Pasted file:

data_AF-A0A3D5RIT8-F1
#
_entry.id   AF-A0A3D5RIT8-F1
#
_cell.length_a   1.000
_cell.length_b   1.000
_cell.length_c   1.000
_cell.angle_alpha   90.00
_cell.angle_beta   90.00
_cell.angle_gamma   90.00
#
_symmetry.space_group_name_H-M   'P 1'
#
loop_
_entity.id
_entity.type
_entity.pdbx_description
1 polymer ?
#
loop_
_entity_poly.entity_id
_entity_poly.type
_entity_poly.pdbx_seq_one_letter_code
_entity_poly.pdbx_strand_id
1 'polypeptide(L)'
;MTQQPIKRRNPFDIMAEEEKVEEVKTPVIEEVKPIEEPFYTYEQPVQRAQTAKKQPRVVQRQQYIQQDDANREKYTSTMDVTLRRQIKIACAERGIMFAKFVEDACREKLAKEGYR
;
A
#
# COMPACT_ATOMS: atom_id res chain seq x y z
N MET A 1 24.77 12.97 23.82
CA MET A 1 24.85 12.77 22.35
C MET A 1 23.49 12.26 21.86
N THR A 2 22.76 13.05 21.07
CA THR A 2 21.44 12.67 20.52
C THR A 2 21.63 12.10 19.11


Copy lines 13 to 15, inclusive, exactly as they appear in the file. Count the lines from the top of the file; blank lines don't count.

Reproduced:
#
loop_
_entity.id